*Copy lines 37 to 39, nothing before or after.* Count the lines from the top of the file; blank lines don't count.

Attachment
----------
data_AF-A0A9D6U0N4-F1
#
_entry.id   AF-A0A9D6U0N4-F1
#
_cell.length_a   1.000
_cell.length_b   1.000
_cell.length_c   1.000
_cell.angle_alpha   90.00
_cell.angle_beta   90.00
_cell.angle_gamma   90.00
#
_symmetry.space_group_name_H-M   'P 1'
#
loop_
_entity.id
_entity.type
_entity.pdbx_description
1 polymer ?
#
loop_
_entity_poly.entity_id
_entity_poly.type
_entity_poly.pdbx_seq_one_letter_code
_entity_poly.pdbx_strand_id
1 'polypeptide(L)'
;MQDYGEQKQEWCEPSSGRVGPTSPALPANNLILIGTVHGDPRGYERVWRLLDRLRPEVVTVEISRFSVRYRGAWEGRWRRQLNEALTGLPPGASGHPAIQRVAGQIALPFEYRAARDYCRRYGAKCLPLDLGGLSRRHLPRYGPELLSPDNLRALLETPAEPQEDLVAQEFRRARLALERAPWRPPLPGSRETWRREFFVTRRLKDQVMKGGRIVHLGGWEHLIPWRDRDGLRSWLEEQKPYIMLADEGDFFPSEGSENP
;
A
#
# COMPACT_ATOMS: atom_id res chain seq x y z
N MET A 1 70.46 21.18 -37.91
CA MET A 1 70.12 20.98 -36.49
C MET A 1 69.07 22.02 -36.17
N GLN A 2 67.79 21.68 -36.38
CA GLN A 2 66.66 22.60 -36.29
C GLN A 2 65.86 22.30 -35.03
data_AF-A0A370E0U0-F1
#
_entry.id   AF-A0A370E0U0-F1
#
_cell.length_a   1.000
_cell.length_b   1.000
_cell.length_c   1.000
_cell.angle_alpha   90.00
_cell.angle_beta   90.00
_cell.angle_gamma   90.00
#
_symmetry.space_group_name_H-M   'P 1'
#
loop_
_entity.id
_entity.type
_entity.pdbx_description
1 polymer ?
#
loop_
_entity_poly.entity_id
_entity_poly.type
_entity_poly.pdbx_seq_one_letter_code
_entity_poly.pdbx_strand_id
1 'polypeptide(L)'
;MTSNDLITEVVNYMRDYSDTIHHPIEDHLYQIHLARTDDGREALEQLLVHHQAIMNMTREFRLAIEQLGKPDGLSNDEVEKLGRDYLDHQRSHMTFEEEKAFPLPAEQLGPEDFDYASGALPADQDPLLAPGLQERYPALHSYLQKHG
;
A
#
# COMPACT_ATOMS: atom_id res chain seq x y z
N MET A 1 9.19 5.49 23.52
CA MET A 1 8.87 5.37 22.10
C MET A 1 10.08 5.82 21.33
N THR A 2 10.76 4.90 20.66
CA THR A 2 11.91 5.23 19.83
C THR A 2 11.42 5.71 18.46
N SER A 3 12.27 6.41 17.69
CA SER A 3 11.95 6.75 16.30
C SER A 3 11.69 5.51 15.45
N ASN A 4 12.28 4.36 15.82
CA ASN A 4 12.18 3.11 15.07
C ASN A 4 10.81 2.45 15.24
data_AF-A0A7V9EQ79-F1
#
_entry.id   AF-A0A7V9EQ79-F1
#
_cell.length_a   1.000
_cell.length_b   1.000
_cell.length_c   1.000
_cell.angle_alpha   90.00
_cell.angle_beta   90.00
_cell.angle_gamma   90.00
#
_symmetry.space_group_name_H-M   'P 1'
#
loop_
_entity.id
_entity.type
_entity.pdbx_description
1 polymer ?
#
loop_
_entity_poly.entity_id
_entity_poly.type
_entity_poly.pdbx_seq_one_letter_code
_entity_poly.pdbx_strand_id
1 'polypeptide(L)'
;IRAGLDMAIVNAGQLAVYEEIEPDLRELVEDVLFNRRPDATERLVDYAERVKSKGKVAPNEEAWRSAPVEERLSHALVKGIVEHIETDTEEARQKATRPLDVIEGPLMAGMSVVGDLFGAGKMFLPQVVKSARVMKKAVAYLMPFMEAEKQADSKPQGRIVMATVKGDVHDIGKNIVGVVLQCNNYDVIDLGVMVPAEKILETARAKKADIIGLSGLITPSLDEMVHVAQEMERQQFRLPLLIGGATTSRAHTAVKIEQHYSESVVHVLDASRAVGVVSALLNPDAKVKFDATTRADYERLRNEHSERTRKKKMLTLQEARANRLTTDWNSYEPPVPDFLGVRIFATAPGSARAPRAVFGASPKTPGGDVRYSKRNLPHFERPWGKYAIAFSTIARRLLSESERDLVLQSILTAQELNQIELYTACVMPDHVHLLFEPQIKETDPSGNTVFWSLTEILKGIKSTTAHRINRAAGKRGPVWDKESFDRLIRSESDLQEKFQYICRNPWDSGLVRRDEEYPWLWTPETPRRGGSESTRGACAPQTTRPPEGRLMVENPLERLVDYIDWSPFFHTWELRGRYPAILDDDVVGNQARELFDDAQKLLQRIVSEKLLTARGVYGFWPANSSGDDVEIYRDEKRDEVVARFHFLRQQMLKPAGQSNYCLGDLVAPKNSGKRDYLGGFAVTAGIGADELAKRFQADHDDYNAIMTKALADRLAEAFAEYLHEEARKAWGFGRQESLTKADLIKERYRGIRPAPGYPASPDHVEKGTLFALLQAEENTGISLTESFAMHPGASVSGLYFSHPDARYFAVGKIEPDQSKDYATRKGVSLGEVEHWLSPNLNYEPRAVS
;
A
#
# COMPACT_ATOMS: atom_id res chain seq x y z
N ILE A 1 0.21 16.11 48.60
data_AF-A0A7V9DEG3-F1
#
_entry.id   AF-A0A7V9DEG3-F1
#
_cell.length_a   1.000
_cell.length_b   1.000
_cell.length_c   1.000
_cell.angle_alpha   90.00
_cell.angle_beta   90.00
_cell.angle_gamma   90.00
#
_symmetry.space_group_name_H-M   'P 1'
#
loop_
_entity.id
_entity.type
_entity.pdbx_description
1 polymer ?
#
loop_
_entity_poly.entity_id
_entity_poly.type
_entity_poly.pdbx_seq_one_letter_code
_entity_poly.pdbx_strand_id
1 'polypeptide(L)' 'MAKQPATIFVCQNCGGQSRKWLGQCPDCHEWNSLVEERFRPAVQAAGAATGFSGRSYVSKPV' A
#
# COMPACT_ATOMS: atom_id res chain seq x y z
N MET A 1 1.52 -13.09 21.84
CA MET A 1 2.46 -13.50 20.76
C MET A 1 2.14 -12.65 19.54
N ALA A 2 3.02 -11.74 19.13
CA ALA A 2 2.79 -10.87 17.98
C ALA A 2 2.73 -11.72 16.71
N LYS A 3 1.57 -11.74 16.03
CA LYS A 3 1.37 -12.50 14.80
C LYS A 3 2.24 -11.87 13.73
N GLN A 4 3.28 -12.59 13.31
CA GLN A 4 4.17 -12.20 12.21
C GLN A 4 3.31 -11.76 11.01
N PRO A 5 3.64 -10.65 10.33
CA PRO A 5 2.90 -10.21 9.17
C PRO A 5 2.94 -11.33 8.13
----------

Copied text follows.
data_AF-A0A370E0U0-F1
#
_entry.id   AF-A0A370E0U0-F1